As the darkest day of the year approaches, I’m finding hope in the darkness.
My own darkness, that is.
I’ve been silent because it’s been hard to put words on a page. Hard to express what I’ve been experiencing.
A couple of months ago I entered a darkness, a place where I felt hopelessly negative and stuck. And it was painful.
Despite the pain, I recognized it as an invitation from Spirit. Draw near. Delve deeper. There’s more to discover. More that hinders you from fully realizing all that you are in Me.
So, I reached out for help.
I’ve no idea where this will take me, but I’m willing to go deeper. I’m willing because I believe my faithfulness in saying yes to this invitation will allow the manifestation of what longs to be born in me.
“The birth of the Word in the soul,” as my Living School teacher Jim Finley puts it. Through our fidelity to these yeses, to what shows up unexpectedly in our lives, Christ is incarnate in the world, he says.
But, for now, I sit in the Advent season of expectant darkness.
I sit in the silence and wait. I wait because there is nowhere else to go. I wait with hopefulness, with the courage and trust it takes to say yes. To accept what is before me. And I wait with an awareness that infinite Love is loving me in this place. And a recognition that this, too, is part of my spiritual journey.
I know I’m not the only one who’s experienced this. Each of us has our own moments of waiting in darkness. Sometimes it’s dealing with a chronic illness. Emotional pain. An unexpected medical diagnosis. The death of a loved one. Separation from one’s children.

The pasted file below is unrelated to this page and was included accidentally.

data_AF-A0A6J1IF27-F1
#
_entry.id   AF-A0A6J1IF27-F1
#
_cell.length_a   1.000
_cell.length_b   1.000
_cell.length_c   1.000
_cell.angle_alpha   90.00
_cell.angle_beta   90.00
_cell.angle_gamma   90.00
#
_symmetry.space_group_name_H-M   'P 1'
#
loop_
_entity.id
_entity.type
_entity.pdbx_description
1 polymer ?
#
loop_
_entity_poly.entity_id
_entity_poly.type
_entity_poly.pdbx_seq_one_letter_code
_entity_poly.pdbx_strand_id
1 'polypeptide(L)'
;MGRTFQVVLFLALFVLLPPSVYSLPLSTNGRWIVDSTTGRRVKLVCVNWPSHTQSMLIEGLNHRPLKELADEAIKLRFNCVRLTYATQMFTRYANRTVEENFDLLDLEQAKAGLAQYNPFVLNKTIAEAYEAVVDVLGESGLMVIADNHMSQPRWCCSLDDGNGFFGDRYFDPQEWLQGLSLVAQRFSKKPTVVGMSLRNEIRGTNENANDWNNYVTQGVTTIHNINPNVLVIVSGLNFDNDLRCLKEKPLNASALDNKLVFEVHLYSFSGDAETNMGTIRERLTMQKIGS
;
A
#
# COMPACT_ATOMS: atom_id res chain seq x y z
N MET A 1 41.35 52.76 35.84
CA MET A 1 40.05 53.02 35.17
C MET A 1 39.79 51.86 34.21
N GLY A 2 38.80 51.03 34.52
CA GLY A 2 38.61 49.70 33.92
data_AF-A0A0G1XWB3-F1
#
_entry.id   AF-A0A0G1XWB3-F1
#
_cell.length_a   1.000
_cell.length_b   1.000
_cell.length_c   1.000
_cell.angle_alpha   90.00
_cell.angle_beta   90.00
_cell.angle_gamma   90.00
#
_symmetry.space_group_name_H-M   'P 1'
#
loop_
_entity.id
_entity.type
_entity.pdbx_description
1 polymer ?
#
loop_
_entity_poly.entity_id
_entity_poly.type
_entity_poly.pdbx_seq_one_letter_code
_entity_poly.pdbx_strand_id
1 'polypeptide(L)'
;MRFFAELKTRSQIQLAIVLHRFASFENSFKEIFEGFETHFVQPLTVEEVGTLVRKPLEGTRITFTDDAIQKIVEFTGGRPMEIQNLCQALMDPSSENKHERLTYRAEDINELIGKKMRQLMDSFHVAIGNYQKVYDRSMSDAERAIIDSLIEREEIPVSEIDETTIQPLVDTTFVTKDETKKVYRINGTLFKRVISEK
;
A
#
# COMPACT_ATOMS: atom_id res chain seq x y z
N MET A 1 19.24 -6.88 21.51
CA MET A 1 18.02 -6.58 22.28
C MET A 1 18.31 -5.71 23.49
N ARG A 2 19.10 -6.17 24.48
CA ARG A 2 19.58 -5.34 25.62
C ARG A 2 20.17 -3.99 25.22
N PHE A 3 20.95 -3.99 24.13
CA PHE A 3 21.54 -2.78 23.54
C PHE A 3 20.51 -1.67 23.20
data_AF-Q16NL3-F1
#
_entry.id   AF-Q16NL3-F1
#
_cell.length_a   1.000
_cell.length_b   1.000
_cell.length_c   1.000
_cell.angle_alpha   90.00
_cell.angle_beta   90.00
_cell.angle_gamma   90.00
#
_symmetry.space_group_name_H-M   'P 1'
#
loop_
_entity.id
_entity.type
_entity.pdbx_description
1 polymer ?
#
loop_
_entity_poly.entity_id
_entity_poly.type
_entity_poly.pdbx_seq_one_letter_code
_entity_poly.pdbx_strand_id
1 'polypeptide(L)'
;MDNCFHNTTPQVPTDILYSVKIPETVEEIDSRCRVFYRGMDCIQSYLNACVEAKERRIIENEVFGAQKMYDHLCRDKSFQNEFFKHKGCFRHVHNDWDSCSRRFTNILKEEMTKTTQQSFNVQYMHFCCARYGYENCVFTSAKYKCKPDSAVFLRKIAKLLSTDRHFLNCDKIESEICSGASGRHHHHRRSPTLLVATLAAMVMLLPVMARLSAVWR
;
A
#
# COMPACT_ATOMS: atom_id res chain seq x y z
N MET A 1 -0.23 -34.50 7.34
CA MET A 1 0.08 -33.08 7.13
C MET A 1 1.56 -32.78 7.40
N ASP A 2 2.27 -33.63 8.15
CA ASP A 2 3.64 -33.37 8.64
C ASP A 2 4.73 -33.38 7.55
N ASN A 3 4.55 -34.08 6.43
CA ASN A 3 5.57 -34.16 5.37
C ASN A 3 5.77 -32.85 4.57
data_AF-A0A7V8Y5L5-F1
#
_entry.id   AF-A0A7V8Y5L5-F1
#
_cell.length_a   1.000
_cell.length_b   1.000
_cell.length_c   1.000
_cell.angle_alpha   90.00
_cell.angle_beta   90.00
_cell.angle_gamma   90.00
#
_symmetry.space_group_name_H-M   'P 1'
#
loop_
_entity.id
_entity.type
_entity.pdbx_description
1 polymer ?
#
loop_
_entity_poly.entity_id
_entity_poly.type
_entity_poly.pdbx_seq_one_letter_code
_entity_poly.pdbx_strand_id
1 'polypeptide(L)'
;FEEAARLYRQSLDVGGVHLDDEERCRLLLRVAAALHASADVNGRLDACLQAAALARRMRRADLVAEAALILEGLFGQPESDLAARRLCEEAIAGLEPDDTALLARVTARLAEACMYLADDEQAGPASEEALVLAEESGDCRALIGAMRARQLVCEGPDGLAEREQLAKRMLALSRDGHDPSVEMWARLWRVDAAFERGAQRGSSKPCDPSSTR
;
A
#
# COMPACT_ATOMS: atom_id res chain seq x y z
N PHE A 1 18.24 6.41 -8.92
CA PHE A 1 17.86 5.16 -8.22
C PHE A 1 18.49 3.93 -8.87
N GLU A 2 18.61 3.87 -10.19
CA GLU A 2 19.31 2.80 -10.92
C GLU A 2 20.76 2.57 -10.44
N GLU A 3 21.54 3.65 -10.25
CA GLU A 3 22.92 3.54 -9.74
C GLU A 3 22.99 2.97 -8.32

Here at the border we’ve been getting more asylum seekers lately. We’re especially seeing an increase in refugees from African countries like Ghana, Ethiopia, and Cameroon, where violence has caused many to flee. I’ve begun visiting a few of these young men detained in the El Paso detention facility while they await their court date. They are not much older than my own son. Every one of them has had life-threatening experiences to get here. And every one of them has been separated from their families. If they are sent back, they will be killed.
I wonder how they remain hopeful. How they say yes to the darkness.
One young man I visit tells me his mother knows nothing about where he is. She doesn’t know if he’s safe, or even alive. I think of what that must be like for her – waiting for news. Wondering and worrying. Is she able to say yes to this darkness? To accept this part of her journey?
I think of Finley’s words: “… your ongoing yes is the incarnation.”
And then I recall a very young woman so many years ago. Her willingness to say yes with courage and trust to what presented itself in the silent darkness led to the incarnation. The birth of Christ in the world.
In the silent darkness of the night, no matter how dark, no matter how uncertain, God speaks the Word in the soul.
Like Mary, fidelity to that yes is my journey, too. It is changing my life.
Life’s water flows from darkness.
Search the darkness, don’t run from it.
Night travelers are full of light,
and you are, too; don’t leave this companionship.